with young figurative artists. I was a bit tired of this modernism where anything shared in a creative way was very inward. So I was looking for figurative art where you can get a sensation, because there’s not much that abstraction can tell you other than what is going on in the artist’s mind. I came upon a series of works Adam had produced, including Twilight in Arcadia. As I was attending a design show in New York, I called him up. When I first met him, I bought this beautiful piece that I had seen online, and finally I got a sense of real figurative art. In Adam I found someone I would like to work with. I don’t think he lives in these times; he’s an old soul, and a very gentle soul as well. He could have been around for a thousand years.” Guerrera knew he was in the presence of someone special, so he immediately commissioned Miller to create a huge painting. “I was really happy,” the artist recalls. “I had been working on a new, more ambitious body of works, but was not confident they would be successful. I initially had no idea what the new commission would be, or how large. When we met the next year and Sal presented the idea for Québec, I was daunted by its scale and complexity, but also excited, as I was convinced that monumental public art needs to be rehabilitated.”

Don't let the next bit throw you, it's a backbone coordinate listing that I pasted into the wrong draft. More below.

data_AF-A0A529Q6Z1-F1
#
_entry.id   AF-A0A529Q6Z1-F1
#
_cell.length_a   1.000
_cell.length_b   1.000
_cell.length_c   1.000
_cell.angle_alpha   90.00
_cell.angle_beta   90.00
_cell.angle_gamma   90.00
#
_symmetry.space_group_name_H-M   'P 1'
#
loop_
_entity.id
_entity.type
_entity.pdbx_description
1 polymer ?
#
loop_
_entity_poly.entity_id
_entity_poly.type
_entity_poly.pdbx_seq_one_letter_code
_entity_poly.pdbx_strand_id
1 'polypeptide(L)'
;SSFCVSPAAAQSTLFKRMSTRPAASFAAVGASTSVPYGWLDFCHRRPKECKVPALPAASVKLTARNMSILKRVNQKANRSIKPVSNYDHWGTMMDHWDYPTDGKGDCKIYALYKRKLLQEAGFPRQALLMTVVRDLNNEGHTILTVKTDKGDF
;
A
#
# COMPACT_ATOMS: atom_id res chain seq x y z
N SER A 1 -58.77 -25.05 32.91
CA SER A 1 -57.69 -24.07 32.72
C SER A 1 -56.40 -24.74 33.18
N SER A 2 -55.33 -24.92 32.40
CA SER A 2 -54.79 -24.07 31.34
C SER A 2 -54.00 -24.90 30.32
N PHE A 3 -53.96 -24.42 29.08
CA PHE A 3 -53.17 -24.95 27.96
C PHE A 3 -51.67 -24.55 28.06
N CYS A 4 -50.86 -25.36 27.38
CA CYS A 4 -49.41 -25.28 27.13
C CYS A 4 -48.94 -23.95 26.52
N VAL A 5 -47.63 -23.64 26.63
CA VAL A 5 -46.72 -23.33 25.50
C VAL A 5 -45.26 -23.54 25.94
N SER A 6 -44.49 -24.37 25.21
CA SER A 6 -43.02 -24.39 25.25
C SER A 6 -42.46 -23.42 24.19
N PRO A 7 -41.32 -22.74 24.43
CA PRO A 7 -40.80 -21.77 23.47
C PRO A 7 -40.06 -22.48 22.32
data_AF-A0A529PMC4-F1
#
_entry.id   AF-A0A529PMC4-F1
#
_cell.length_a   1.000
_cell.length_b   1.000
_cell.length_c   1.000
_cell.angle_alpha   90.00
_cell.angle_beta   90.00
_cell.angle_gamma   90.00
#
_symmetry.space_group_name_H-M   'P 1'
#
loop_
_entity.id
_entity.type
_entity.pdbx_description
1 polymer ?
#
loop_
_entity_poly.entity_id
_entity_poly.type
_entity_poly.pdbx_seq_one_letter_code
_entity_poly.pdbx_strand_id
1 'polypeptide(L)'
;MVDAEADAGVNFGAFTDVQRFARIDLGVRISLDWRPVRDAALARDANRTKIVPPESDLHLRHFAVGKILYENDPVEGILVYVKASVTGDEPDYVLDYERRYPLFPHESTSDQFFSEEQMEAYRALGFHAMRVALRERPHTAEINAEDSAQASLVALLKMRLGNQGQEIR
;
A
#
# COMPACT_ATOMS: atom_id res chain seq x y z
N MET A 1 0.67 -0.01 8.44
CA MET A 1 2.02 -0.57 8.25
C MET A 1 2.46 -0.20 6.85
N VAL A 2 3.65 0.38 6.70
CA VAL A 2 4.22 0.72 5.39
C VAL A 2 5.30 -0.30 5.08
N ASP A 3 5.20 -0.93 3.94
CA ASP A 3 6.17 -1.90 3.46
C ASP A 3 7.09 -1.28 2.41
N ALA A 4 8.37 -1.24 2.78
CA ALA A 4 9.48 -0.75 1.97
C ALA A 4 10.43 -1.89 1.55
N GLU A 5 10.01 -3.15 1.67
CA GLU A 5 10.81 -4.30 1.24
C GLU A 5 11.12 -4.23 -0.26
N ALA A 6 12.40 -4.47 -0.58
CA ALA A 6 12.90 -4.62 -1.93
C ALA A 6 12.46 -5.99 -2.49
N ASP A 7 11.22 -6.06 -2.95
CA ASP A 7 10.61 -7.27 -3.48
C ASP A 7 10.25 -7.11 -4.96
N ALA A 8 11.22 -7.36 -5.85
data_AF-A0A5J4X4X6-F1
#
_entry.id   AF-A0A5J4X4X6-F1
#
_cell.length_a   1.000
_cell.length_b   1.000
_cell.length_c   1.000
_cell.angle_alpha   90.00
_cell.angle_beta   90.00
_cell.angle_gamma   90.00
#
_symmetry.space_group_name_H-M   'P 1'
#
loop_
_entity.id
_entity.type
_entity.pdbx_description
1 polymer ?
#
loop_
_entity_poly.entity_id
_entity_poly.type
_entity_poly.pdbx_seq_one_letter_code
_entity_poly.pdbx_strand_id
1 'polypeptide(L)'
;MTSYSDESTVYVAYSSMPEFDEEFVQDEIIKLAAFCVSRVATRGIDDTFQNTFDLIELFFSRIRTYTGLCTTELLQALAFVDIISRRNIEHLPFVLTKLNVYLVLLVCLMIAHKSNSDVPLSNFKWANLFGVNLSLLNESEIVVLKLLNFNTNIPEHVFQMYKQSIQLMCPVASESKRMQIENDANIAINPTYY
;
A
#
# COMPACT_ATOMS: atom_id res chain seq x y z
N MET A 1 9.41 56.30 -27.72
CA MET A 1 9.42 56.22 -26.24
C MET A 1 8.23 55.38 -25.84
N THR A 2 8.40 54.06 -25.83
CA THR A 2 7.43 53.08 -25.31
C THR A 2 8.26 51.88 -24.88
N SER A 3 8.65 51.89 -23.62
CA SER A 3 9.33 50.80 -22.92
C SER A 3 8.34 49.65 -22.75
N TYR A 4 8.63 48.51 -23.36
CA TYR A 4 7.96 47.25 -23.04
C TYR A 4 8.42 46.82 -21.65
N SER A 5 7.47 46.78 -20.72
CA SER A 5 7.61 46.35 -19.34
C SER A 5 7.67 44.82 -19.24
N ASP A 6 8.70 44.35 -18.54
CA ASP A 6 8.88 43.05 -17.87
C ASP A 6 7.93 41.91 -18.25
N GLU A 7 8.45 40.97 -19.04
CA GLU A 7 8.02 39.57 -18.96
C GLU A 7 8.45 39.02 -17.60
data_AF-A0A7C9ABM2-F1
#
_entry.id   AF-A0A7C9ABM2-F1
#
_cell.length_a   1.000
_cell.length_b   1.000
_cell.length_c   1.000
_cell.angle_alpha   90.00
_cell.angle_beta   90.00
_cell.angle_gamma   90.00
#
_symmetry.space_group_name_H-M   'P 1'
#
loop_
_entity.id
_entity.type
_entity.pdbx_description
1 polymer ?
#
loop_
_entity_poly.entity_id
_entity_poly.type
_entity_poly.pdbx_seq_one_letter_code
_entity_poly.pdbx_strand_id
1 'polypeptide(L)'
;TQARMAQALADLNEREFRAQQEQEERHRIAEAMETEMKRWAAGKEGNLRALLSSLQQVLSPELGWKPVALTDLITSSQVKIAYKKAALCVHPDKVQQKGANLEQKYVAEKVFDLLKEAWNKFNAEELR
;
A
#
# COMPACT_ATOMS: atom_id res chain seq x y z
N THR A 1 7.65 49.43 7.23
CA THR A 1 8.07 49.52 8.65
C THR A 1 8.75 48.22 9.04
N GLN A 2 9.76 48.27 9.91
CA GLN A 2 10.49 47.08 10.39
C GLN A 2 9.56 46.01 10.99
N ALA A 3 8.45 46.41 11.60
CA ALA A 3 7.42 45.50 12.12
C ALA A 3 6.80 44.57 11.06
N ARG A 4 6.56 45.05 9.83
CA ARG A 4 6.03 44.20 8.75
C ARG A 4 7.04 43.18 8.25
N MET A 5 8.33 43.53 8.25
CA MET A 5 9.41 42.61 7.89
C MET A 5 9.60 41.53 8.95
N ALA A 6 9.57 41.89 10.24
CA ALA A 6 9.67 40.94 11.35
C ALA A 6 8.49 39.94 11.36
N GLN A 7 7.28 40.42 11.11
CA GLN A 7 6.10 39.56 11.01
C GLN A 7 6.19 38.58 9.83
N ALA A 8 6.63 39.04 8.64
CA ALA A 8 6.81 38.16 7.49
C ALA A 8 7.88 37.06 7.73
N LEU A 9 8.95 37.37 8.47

Miller immersed himself in the history of the Canadian province of Québec, working to compress the complexities of 450 years into one image. It was always intended to be unveiled in 2017, which marked Canada’s 150th anniversary, 225 years of parliamentary institutions in Québec, and Montreal’s 375th birthday. Guerrera says he chose this subject not only to mark these milestones, but also out of gratitude for Québec, which he believes has made his success in business possible. (His parents arrived there as emigrants from Italy in the 1950s.) This first commission took three years to complete. Québec is huge (nine feet high by 10 feet wide) and contains 145 figures. First unveiled in New York, it was then exhibited at Montreal’s McCord Museum and the Musée National des Beaux-Arts de Québec. Ultimately Guerrera negotiated its long-term loan to the National Assembly of Québec. Miller and Guerrera had so enjoyed collaborating that they soon began discussing another commission, Orpheus and Eurydice, which Miller finished painting in 2019. THINKING BIGGER Soon the two men began conceiving an even larger painting, so grand that it would encompass the entire history of humankind. They began reading and discussing Harari’s Sapiens, the works of Carl Jung, and Jordan B. Peterson’s Maps of Meaning: The Architecture of Belief. The dialogue between patron and artist became as subtle and important for the